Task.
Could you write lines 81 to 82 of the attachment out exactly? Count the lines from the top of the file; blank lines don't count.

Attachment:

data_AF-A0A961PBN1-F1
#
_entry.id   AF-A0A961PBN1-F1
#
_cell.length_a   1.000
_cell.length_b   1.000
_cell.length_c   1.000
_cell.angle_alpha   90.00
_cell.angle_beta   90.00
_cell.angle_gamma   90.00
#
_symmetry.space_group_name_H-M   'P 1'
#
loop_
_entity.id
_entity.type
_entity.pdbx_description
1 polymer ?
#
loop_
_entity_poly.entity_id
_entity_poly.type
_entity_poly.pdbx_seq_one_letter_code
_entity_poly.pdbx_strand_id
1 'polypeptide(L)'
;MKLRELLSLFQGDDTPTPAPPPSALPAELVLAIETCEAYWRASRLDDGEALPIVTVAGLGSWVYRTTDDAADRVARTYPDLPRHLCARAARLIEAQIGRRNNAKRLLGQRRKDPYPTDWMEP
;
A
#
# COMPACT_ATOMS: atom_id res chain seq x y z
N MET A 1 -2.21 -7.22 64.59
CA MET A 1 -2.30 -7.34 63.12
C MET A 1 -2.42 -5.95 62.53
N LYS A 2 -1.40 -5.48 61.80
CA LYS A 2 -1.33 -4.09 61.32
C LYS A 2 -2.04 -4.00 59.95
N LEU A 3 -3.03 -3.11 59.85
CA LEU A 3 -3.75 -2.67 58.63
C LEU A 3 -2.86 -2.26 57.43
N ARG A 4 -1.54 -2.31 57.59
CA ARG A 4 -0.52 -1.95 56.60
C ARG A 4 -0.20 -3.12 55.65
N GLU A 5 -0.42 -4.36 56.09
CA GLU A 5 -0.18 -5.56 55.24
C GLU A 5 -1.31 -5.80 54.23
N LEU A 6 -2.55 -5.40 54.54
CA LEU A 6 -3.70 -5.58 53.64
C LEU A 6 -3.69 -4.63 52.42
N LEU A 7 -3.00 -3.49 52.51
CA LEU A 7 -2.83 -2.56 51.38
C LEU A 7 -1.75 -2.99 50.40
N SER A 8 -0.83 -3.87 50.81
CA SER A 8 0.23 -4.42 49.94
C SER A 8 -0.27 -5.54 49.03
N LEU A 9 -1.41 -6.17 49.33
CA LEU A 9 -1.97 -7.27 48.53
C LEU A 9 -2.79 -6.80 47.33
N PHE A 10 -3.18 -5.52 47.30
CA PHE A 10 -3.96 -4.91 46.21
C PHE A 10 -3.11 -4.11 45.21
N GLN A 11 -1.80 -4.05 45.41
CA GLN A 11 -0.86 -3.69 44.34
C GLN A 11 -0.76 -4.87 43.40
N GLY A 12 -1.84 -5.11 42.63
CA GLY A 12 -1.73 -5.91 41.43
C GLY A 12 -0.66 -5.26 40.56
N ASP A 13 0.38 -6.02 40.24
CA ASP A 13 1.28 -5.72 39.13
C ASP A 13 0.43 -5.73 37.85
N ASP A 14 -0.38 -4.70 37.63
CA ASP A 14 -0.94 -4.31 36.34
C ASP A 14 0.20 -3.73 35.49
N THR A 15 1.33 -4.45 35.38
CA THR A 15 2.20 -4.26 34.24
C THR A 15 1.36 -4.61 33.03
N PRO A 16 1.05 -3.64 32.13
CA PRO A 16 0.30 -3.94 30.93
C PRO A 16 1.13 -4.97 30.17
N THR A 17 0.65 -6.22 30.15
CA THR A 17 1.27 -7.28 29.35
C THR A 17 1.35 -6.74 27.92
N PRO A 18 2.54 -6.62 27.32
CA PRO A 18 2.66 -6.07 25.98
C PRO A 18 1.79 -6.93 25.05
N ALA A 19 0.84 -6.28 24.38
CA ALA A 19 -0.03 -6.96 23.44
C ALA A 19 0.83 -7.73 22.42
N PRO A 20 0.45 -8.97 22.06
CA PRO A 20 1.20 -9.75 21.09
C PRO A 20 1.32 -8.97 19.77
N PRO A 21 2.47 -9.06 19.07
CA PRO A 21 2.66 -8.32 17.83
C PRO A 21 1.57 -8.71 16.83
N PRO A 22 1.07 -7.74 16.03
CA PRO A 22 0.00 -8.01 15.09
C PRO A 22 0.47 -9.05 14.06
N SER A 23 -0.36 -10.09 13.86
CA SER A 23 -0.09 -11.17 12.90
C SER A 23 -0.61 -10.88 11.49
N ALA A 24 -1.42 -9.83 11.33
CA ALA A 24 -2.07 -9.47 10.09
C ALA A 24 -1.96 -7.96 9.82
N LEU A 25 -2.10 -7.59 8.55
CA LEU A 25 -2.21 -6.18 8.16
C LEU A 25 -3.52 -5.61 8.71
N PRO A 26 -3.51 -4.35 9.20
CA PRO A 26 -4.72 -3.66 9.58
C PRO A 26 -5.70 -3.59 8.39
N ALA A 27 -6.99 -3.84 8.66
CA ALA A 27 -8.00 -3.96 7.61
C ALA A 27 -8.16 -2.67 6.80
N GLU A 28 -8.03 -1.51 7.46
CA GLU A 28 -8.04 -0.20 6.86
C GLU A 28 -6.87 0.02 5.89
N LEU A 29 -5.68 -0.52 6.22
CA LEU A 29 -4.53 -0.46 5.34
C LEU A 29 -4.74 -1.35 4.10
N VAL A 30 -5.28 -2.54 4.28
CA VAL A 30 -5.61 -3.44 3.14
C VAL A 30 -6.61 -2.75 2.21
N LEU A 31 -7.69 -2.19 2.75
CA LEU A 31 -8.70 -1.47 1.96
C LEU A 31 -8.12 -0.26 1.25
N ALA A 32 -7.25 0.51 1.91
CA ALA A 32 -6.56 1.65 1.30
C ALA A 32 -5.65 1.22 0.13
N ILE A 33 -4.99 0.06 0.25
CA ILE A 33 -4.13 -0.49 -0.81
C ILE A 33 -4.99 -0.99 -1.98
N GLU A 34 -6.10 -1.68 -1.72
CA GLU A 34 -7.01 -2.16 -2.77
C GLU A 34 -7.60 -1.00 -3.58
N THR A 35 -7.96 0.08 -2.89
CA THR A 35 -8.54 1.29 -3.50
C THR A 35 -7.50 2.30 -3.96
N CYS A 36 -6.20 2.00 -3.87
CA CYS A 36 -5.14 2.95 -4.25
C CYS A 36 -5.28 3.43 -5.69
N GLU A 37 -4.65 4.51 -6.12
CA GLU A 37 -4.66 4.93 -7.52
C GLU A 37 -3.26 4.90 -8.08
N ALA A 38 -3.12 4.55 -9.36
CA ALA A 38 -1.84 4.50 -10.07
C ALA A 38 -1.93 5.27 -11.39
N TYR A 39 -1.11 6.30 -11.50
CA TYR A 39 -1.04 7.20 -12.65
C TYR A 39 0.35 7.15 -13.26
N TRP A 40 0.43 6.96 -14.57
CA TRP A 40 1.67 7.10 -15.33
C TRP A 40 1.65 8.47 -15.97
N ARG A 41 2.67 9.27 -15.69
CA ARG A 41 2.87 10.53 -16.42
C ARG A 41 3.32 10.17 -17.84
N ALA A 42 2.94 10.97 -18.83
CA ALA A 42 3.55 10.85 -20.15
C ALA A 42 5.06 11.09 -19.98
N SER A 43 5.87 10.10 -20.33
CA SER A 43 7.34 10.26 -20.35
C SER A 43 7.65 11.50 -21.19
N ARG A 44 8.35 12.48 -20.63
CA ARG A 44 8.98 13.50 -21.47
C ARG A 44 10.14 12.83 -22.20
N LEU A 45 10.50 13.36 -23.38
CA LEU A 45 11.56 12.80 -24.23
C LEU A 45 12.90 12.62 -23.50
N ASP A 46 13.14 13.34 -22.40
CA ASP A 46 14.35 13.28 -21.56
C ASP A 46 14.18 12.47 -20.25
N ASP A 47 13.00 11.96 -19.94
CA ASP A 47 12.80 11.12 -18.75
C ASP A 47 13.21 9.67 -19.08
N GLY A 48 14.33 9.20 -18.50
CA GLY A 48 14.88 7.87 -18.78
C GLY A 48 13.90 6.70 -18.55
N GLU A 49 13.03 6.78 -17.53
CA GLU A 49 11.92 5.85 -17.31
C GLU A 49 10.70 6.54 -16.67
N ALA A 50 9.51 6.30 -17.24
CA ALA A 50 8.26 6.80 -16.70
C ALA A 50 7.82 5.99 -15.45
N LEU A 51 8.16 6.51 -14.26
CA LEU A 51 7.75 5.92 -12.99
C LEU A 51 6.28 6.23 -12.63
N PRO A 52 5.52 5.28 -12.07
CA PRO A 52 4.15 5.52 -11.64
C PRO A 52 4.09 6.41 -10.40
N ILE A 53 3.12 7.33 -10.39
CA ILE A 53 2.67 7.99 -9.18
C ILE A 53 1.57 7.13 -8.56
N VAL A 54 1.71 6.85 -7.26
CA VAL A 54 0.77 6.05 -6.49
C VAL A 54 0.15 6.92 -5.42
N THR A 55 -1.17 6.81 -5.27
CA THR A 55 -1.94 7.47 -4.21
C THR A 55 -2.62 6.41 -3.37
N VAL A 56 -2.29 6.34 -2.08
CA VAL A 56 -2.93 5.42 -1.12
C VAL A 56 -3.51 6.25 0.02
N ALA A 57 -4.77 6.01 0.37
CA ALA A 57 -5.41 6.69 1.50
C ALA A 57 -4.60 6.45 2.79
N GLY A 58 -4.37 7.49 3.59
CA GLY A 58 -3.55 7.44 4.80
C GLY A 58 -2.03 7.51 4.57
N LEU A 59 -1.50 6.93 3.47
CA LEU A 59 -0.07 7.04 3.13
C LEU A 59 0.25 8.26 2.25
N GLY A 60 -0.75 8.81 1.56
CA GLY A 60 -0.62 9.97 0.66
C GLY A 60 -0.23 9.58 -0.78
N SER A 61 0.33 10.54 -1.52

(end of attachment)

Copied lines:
C THR A 17 1.35 -6.74 27.92
N PRO A 18 2.54 -6.62 27.32